Bethann Hardison

I was the first person that had been so kind to Iman Abdulmajid. As time went on, and she became successful, signed with an agency, when she had to make big decisions, she wouldn’t always talk to an agent, she’d ask me. I’d give her good advice and she’d be on her way. When I had ideas to do things like the Black Girls Coalition, I would always talk to her, she always loved my ideas. She trusts me.

A friend of mine, Kim Hastreiter, who owns Paper Magazine, she told me, “When you left, it really changed things and you need to do something.” So with the encouragement of others, I stayed around and watched, and I saw that all the girls before, such an enormous group of girls of color, all shades, it began to disappear.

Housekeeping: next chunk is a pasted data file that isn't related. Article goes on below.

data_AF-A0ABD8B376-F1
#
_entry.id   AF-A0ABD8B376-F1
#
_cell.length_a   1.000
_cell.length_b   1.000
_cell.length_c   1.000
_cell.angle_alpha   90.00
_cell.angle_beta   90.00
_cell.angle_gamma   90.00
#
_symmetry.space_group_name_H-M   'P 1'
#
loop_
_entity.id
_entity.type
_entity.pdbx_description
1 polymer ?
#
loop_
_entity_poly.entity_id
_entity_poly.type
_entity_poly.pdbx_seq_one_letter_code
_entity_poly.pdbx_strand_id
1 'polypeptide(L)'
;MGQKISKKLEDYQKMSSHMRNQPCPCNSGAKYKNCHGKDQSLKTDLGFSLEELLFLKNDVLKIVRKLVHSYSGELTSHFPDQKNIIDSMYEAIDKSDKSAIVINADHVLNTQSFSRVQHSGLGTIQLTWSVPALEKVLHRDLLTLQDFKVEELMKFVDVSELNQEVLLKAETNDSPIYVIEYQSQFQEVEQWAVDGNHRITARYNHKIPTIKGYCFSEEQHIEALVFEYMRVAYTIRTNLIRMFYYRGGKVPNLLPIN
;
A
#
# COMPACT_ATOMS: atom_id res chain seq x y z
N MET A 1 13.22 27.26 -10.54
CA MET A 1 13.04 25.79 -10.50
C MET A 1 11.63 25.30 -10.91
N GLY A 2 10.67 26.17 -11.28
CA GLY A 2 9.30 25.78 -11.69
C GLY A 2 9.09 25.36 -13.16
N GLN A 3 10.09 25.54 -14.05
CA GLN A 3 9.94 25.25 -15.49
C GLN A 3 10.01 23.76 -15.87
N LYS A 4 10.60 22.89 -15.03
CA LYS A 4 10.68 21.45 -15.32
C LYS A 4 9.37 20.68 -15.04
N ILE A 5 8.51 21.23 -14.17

That’s a very privileged attitude and I think the ignorance is so strong there. When people say, “Oh please, I don’t want to hear that conversation,” it’s because it makes them uncomfortable.” But that’s because they think it’s all okay. If it was racist, I would move onto someone whose mind I could change, but it’s mostly ignorance. So when someone says, “Oh, it doesn’t matter,” I not only make designers responsible but casting directors and modeling agencies for not pushing those other girls on to the designers.